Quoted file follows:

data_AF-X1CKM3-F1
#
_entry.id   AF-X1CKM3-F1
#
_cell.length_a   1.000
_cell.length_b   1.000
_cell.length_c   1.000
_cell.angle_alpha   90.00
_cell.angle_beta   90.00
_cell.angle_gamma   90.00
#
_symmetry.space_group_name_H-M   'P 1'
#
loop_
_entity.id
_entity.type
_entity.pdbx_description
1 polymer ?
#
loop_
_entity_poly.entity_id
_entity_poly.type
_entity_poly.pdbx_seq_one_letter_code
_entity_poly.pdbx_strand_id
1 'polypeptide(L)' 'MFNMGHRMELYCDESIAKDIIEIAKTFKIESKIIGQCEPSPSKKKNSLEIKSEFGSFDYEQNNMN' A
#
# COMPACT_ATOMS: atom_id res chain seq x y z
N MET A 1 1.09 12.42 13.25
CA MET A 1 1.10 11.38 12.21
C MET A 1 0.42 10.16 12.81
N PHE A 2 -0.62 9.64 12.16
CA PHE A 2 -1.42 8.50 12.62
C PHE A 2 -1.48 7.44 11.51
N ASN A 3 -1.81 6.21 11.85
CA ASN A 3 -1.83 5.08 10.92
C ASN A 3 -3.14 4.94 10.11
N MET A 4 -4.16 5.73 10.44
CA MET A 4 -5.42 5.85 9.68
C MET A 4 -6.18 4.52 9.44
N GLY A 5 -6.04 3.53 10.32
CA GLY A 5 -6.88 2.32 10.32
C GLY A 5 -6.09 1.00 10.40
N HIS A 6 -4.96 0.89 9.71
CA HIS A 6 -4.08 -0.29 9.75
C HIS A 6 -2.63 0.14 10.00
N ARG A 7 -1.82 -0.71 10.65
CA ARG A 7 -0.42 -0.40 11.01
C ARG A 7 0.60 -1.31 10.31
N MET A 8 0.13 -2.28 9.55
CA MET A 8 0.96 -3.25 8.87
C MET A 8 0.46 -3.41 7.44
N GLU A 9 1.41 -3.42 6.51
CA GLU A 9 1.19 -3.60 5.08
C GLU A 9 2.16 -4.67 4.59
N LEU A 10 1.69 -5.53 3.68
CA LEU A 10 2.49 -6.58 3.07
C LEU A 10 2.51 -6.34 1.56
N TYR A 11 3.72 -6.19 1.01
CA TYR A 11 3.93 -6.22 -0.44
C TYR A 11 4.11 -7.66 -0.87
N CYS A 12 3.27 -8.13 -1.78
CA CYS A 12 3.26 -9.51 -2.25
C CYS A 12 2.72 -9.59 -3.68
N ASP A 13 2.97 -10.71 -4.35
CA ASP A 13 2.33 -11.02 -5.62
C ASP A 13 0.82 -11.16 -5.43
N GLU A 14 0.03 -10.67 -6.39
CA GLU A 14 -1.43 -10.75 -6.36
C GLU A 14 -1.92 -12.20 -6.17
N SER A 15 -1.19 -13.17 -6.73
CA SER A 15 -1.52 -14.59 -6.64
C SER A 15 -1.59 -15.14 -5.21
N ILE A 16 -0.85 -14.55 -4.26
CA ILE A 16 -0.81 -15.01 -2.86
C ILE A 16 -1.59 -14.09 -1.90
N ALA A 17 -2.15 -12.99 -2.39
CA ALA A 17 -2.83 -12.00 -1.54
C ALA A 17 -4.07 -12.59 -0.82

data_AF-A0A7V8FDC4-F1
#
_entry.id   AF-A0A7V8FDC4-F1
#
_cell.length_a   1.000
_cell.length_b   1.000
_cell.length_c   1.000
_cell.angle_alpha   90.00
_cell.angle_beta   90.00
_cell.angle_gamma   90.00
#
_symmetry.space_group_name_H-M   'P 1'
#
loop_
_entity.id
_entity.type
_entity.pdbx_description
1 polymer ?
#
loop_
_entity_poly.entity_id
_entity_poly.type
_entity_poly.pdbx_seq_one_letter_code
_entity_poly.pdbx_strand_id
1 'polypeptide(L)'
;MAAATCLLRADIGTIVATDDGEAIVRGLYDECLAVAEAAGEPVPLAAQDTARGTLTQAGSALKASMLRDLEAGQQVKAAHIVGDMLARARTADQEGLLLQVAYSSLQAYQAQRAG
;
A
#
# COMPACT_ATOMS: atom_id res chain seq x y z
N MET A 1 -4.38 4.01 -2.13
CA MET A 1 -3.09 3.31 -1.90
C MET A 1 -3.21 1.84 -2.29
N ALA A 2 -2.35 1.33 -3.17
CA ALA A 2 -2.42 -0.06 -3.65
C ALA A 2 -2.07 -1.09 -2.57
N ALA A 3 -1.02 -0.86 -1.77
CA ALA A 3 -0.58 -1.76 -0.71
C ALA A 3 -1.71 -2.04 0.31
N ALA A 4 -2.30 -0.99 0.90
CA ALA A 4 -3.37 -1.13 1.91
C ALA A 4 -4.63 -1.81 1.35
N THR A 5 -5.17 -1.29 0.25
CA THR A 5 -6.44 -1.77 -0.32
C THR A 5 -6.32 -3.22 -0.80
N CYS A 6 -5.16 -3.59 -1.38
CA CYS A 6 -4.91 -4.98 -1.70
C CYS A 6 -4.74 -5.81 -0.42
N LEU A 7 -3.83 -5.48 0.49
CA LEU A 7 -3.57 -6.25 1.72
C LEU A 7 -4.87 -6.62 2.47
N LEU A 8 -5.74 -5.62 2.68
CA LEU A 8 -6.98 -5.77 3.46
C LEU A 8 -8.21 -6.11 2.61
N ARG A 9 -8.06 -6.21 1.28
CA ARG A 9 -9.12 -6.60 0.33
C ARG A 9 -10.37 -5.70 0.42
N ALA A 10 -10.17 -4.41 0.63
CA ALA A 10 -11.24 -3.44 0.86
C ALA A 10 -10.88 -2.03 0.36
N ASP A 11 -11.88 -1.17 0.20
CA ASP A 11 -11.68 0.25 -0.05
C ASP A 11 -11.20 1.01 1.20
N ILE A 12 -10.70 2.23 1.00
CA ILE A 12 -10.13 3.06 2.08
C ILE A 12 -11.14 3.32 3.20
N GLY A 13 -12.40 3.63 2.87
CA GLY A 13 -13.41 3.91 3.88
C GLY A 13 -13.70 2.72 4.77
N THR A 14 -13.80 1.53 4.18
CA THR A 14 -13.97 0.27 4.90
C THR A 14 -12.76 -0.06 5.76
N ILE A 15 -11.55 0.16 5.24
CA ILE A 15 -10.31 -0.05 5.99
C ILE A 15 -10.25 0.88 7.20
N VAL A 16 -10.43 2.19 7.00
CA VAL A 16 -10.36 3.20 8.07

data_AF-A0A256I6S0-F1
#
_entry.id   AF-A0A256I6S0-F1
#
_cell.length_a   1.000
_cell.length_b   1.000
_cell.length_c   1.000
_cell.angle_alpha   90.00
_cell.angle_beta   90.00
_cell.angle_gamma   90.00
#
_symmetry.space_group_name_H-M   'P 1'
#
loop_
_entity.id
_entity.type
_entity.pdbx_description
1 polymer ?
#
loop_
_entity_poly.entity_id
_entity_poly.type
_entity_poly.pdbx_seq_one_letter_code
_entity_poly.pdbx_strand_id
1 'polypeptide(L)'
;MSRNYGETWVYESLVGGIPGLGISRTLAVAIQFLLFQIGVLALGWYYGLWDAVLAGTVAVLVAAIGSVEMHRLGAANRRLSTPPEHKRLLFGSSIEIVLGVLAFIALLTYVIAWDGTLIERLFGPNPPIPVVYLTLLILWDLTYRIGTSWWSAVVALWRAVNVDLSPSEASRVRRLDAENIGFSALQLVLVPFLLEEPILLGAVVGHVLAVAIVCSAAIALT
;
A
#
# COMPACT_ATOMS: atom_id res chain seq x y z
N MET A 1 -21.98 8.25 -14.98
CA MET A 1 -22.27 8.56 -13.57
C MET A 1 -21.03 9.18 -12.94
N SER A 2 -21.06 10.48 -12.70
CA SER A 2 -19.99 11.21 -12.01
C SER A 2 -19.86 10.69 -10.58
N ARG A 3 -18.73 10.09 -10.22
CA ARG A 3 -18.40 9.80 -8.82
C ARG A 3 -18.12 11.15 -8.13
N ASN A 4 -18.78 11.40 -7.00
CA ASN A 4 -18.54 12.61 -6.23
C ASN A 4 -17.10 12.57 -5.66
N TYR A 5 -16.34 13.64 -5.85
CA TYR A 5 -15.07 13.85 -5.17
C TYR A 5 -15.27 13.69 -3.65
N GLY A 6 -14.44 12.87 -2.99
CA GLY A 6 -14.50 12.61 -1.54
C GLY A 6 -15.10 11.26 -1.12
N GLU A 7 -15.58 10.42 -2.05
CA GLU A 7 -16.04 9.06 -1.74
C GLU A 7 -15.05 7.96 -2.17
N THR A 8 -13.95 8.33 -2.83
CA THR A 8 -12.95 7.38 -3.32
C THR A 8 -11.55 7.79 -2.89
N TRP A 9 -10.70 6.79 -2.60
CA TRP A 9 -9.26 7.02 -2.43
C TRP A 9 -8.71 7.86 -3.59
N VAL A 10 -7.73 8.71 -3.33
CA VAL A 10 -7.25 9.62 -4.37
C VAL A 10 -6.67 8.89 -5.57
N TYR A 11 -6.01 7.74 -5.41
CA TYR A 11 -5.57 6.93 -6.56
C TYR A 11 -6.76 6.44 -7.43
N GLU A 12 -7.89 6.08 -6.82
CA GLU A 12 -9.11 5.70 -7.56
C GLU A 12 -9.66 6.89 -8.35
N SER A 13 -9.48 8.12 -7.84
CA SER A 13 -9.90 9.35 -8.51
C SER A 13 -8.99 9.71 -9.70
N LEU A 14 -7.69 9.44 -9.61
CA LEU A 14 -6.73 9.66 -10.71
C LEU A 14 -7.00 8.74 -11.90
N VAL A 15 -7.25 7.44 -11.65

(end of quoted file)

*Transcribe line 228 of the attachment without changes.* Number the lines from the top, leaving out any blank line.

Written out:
N VAL A 15 -7.25 7.44 -11.65